Opposition members in Armenia have criticized Prime Minister Hovik Abrahamian for failing to make any significant changes during the first 100 days in office, but representatives of the ruling party consider the period to be too short for making definitive conclusions.
Abrahamian assumed the post of independent Armenia’s 13th prime minister last April succeeding Tigran Sarkisian, who had headed the government for six years and often became a target for harsh criticism from opposition groups accusing him of mishandling the country’s economy and failing to solve its numerous social issues.
A hundred days after the change of the prime minister critics still see no significant change in the situation. They claim this lack of progress proves that only systemic, political changes can lead to real changes.
Economist Vahagn Khachatrian, who represents the opposition Armenian National Congress (HAK), believes that the experience of the Abrahamian government proves that solutions to problems in Armenia should be sought in the political rather than economic domain. “It takes political solutions to find a way out of the current situation,” Khachatrian said in an interview with RFE/RL’s Armenian Service (Azatutyun.am).
The HAK representative said that concrete actions, such as the new government’s stance on the pension reform and its failure to honor its own promise that the element of compulsion would be removed, show that no change has taken place in the way the executive works. “You cannot show any change during these 100 days due to which it would be clear that this government had won the trust of Armenain citizens... On the contrary, both the population and the business community feel disappointed,” the opposition member claimed.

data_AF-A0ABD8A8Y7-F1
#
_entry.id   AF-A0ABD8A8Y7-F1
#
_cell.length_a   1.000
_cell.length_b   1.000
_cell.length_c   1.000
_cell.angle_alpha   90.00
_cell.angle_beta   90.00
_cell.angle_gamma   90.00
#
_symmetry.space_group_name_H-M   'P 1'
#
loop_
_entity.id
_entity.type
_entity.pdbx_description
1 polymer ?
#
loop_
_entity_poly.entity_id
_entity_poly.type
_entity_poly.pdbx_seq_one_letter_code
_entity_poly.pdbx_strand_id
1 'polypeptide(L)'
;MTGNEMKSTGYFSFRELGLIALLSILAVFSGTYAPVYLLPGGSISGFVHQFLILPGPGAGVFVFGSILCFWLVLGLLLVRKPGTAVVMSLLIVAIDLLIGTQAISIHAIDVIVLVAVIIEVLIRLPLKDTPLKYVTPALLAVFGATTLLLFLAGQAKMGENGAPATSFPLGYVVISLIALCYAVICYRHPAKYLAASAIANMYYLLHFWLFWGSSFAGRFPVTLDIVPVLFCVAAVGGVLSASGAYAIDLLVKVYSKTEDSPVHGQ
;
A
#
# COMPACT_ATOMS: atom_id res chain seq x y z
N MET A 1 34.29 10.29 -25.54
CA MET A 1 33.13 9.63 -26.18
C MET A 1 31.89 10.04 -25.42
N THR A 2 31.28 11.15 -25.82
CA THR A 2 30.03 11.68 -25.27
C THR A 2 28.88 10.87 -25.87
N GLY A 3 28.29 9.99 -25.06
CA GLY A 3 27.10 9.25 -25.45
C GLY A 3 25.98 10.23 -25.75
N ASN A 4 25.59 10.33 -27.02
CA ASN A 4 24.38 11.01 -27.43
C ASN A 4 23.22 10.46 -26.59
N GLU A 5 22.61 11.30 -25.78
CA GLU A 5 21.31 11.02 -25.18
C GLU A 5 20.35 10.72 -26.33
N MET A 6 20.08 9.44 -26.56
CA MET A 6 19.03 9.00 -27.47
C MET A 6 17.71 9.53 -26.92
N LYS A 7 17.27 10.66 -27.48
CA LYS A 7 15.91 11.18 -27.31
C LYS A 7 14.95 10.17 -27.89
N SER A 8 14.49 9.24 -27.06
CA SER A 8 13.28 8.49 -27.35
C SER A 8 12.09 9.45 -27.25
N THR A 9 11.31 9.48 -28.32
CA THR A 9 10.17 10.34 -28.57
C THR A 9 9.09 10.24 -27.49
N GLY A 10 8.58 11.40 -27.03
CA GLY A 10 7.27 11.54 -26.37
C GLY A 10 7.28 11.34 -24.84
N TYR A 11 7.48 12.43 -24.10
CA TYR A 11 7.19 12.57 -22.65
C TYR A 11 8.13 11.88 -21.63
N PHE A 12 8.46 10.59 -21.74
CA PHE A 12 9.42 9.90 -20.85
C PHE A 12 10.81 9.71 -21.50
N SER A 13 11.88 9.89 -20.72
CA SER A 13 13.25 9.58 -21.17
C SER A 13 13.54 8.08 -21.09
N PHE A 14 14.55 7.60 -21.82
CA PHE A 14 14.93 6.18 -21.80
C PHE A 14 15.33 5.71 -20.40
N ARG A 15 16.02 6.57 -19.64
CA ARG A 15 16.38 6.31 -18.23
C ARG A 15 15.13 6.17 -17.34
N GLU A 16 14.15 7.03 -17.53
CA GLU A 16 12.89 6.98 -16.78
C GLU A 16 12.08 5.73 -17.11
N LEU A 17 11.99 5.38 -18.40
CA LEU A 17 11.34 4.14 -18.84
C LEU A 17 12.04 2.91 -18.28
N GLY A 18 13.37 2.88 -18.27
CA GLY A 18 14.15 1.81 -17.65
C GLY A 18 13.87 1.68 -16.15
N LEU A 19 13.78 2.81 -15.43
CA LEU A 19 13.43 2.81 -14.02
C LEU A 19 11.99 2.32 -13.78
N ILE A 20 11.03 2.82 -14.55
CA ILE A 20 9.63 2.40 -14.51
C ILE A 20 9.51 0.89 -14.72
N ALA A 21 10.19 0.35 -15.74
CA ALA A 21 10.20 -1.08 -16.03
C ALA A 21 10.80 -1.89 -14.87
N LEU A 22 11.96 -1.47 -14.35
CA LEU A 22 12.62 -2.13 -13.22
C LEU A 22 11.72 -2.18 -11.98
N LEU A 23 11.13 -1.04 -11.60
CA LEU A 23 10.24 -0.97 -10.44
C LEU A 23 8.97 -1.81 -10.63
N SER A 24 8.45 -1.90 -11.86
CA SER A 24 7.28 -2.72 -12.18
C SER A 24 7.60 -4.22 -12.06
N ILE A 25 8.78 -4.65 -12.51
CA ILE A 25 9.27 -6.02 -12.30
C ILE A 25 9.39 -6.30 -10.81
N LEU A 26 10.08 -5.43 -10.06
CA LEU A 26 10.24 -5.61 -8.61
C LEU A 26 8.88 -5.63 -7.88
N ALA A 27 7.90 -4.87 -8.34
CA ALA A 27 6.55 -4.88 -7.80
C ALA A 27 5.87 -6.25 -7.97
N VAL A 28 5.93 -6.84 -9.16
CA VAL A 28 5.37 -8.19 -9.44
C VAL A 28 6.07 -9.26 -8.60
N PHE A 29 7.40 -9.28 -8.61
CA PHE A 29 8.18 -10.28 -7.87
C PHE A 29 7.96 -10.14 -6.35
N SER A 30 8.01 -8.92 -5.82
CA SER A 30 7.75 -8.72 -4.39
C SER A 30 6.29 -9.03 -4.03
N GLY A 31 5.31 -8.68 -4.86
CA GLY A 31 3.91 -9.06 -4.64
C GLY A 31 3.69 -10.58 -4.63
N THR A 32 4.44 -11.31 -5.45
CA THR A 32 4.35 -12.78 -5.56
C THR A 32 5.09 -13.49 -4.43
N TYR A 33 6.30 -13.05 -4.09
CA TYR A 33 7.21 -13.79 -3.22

In appointing the new prime minister, President Serzh Sarkisian mentioned “restoration of people’s trust” as one of the major requirements from the new government.
Head of the National Assembly’s Standing Committee on Financial-Credit and Budgetary Affairs Gagik Minasian, meanwhile, believes that 100 days is too short a period for evaluating the activities of the new government.
“The government’s programs are not implementable within just 100 days, they require a longer period of time,” said Minasian, a member of the ruling Republican Party of Armenia (HHK). “As for the steps that have been made during this 100-day period, I think they inspire one with great hopes that these serious problems will, however, be solved in our country.”
To the critics who see political changes as the only way of solving other problems in Armenia the HHK member said: “We do not separate political problems from economic ones. Steps are being taken towards solving these internal political issues, and in this sense we are always open to consultations and ready to discuss any sound proposal no matter what political party makes it.”
Meanwhile, Prime Minister Abrahamian himself today spoke about successful efforts of his government to encourage large companies to end the practice of understating their revenues and paying less in taxes.
The call on major taxpayers to stop evading taxes was one of the steps that Abrahamian made after assuming office on April 14. In particular, his government gave economic agents until July 1 to ‘come clean’ or face a tougher crackdown by tax authorities.
“Let them work properly and sleep well at night,” the prime minister said while paying a working visit to Armenia’s second largest city of Gyumri.
Meanwhile, ordinary citizens gave different assessments to Abrahamian’s premiership so far.
“Goods are similarly getting more expensive, prices for everything are high. Let’s see what happens next,” said one woman, adding that she hasn’t seen any essential changes yet.
But one man in Yerevan approached by an RFE/RL’s Armenian Service correspondent said: “I don’t like praising anyone too much, but I must say that I am pleased with his [prime minister’s] work. I see that this man is thinking, he is trying to find a way.”